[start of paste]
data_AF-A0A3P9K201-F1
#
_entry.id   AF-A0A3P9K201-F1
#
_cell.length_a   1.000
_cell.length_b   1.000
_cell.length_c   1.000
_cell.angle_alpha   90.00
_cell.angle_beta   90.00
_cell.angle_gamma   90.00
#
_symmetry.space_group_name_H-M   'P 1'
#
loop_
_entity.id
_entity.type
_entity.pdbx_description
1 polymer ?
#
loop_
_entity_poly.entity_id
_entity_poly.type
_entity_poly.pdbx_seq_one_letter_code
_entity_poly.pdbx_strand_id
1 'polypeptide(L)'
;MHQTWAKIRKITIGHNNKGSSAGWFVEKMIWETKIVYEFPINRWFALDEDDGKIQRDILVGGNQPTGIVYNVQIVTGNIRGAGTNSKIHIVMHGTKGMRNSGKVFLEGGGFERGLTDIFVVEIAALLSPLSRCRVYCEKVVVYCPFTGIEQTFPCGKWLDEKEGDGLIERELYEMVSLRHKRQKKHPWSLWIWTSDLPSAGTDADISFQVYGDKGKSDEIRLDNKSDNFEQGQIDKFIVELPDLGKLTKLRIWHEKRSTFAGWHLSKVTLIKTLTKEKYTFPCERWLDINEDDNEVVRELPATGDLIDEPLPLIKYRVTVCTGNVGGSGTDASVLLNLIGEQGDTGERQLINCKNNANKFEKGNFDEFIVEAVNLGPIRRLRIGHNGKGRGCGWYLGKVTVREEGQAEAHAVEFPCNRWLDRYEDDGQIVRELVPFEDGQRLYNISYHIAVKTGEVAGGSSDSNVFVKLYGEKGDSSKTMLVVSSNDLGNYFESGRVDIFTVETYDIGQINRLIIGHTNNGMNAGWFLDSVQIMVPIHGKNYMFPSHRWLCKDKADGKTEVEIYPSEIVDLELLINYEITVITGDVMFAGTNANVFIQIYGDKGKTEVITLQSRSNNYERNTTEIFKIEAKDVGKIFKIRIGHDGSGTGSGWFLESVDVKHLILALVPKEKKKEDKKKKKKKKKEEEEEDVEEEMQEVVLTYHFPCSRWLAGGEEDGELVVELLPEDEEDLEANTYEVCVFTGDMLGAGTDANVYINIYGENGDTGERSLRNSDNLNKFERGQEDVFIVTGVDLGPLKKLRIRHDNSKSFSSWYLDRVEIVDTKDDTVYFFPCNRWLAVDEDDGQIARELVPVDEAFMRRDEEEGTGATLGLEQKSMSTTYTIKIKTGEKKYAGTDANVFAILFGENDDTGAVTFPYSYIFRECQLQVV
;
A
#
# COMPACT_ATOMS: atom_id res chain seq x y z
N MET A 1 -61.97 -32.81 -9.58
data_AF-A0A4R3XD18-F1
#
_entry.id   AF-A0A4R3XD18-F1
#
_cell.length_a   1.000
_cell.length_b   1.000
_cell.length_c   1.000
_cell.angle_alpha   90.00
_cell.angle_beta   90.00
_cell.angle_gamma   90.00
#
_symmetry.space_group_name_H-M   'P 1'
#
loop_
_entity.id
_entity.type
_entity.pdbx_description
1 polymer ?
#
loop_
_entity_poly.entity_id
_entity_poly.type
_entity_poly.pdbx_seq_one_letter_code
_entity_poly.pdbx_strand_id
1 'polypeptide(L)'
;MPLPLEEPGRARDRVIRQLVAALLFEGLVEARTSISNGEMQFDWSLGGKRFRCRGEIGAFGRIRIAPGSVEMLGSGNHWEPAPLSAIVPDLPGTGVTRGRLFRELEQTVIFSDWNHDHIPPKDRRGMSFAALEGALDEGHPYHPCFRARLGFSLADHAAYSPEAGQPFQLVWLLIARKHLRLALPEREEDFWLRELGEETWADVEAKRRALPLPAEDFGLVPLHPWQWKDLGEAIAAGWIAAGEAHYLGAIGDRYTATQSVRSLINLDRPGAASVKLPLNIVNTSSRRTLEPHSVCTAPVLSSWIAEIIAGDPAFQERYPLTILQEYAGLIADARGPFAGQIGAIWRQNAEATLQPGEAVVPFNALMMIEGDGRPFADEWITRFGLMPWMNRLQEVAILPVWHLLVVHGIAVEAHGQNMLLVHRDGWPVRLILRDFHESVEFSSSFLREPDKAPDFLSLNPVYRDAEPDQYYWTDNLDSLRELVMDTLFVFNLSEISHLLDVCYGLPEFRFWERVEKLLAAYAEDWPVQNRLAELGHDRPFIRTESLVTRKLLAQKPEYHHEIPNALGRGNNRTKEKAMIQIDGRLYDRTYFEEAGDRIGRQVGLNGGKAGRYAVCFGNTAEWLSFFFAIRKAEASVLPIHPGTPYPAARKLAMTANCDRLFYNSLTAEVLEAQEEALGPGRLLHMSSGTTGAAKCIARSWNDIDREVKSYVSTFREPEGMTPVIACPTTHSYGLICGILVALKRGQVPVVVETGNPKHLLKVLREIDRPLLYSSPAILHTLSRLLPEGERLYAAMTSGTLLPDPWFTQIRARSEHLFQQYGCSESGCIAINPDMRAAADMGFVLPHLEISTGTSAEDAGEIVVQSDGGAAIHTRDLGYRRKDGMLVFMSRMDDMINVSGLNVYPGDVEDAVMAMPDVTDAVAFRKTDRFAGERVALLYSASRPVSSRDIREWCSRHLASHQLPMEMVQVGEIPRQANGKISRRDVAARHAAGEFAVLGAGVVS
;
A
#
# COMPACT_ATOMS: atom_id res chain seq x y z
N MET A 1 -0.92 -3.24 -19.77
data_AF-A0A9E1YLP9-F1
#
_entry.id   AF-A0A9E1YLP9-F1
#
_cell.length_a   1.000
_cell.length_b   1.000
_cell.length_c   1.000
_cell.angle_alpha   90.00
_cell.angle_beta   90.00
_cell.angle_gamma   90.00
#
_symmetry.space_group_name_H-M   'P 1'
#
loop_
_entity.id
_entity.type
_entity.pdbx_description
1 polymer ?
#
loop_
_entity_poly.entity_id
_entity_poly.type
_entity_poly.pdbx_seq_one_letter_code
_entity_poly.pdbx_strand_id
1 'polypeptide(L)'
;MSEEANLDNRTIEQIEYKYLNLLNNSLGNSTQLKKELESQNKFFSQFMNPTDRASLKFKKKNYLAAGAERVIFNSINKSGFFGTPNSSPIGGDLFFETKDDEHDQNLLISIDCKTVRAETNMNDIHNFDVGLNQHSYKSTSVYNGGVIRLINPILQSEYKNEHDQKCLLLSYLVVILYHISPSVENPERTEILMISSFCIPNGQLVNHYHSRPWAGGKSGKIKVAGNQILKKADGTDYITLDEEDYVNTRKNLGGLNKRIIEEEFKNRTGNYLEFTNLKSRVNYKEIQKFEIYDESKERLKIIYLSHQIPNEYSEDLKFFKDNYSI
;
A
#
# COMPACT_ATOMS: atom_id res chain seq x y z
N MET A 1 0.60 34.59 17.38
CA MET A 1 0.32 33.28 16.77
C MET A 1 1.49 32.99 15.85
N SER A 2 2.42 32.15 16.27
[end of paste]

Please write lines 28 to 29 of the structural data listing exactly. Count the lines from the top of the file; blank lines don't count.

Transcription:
A
#